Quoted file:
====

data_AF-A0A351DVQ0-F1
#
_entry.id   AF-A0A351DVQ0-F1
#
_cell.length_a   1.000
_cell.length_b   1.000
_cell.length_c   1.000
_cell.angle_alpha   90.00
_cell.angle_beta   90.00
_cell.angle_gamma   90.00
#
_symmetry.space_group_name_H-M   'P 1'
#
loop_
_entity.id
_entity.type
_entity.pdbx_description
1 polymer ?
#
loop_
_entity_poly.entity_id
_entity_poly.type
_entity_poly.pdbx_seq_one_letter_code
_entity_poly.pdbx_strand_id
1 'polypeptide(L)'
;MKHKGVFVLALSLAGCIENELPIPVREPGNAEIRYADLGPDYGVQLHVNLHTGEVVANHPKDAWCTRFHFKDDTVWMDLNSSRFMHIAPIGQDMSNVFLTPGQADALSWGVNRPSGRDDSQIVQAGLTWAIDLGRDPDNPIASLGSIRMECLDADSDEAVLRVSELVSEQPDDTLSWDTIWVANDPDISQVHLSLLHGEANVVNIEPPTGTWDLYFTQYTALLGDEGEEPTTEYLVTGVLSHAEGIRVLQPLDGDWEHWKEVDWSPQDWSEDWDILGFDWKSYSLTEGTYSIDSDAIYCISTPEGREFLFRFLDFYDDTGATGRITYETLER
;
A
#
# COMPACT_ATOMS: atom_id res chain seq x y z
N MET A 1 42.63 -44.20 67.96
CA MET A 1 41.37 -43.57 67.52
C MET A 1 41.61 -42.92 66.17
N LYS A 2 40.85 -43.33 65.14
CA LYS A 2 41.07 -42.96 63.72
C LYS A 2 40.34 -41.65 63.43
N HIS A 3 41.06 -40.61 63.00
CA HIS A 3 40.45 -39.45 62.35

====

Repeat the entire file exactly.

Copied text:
data_AF-A0A351DVQ0-F1
#
_entry.id   AF-A0A351DVQ0-F1
#
_cell.length_a   1.000
_cell.length_b   1.000
_cell.length_c   1.000
_cell.angle_alpha   90.00
_cell.angle_beta   90.00
_cell.angle_gamma   90.00
#
_symmetry.space_group_name_H-M   'P 1'
#
loop_
_entity.id
_entity.type
_entity.pdbx_description
1 polymer ?
#
loop_
_entity_poly.entity_id
_entity_poly.type
_entity_poly.pdbx_seq_one_letter_code
_entity_poly.pdbx_strand_id
1 'polypeptide(L)'
;MKHKGVFVLALSLAGCIENELPIPVREPGNAEIRYADLGPDYGVQLHVNLHTGEVVANHPKDAWCTRFHFKDDTVWMDLNSSRFMHIAPIGQDMSNVFLTPGQADALSWGVNRPSGRDDSQIVQAGLTWAIDLGRDPDNPIASLGSIRMECLDADSDEAVLRVSELVSEQPDDTLSWDTIWVANDPDISQVHLSLLHGEANVVNIEPPTGTWDLYFTQYTALLGDEGEEPTTEYLVTGVLSHAEGIRVLQPLDGDWEHWKEVDWSPQDWSEDWDILGFDWKSYSLTEGTYSIDSDAIYCISTPEGREFLFRFLDFYDDTGATGRITYETLER
;
A
#
# COMPACT_ATOMS: atom_id res chain seq x y z
N MET A 1 42.63 -44.20 67.96
CA MET A 1 41.37 -43.57 67.52
C MET A 1 41.61 -42.92 66.17
N LYS A 2 40.85 -43.33 65.14
CA LYS A 2 41.07 -42.96 63.72
C LYS A 2 40.34 -41.65 63.43
N HIS A 3 41.06 -40.61 63.00
CA HIS A 3 40.45 -39.45 62.35